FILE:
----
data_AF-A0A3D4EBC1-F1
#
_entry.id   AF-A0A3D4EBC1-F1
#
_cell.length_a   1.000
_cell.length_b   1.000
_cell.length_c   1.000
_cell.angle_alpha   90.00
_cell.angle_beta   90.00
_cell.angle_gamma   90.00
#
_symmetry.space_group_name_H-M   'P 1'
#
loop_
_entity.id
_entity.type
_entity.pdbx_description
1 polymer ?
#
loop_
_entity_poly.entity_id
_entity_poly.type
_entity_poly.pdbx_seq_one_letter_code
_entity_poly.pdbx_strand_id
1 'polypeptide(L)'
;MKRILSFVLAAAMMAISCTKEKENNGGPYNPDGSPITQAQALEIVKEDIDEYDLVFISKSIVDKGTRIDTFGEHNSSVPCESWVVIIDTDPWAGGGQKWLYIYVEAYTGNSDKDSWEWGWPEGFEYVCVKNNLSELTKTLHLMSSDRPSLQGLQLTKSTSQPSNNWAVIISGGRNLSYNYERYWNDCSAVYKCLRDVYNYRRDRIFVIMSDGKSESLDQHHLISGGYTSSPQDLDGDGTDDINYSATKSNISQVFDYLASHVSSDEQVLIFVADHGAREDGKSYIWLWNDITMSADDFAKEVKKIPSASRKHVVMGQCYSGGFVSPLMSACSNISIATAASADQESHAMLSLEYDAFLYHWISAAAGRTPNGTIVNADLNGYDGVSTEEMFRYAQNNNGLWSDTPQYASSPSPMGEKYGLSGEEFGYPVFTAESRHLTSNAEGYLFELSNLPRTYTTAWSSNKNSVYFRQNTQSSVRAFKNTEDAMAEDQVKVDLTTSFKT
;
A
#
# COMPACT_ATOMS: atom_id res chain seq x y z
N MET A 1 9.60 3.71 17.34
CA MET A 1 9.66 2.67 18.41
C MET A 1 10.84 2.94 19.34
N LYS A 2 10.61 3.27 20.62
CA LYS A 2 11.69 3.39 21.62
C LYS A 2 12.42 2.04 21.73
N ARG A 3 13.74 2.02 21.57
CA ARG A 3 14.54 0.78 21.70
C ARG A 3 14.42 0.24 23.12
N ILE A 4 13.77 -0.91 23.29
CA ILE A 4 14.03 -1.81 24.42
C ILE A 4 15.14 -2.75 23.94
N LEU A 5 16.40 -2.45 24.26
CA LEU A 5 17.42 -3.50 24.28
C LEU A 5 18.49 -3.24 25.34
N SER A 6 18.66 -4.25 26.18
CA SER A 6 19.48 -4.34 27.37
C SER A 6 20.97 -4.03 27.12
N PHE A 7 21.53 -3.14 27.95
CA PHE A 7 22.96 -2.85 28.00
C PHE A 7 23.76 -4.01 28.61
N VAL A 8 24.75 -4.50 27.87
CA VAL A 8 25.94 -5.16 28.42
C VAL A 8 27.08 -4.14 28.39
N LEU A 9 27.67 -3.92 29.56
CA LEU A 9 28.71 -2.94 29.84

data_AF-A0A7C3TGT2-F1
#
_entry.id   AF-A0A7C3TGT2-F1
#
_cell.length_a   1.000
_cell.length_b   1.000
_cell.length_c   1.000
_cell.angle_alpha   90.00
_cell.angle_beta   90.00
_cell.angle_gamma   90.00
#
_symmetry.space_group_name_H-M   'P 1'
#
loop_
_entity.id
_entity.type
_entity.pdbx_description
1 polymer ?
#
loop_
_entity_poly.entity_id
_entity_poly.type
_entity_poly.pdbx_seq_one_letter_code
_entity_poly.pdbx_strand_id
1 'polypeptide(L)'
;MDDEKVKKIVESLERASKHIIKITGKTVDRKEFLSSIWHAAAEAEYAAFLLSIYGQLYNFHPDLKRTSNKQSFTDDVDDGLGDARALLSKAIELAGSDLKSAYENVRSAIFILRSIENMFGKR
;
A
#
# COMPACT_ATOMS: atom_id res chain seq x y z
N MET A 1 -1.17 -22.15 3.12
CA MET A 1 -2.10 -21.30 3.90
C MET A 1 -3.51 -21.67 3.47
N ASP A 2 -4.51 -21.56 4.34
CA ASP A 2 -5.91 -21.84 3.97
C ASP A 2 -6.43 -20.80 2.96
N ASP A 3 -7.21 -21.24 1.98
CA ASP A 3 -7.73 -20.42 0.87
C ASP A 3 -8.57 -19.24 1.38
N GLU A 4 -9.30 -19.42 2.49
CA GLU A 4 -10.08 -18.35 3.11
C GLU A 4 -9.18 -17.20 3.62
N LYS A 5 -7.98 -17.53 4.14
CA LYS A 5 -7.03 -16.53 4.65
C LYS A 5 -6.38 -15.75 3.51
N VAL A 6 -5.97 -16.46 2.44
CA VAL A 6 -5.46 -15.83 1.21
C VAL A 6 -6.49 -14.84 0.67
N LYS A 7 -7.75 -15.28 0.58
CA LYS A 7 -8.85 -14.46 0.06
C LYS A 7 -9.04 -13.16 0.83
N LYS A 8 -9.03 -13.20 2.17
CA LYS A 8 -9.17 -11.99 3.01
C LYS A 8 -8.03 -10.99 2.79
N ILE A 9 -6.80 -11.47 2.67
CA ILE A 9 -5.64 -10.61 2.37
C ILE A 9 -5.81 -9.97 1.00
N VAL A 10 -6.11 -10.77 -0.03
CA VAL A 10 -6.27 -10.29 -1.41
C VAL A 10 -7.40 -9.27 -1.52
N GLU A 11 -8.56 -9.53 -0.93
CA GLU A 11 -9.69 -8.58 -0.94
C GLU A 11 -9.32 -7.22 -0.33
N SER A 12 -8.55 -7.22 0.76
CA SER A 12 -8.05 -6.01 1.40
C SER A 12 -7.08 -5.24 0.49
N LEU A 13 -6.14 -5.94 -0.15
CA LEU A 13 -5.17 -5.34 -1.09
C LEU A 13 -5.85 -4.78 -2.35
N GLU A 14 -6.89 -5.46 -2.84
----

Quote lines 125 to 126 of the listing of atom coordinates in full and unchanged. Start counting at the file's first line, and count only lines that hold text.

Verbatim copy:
C LEU A 13 -5.85 -4.78 -2.35
N GLU A 14 -6.89 -5.46 -2.84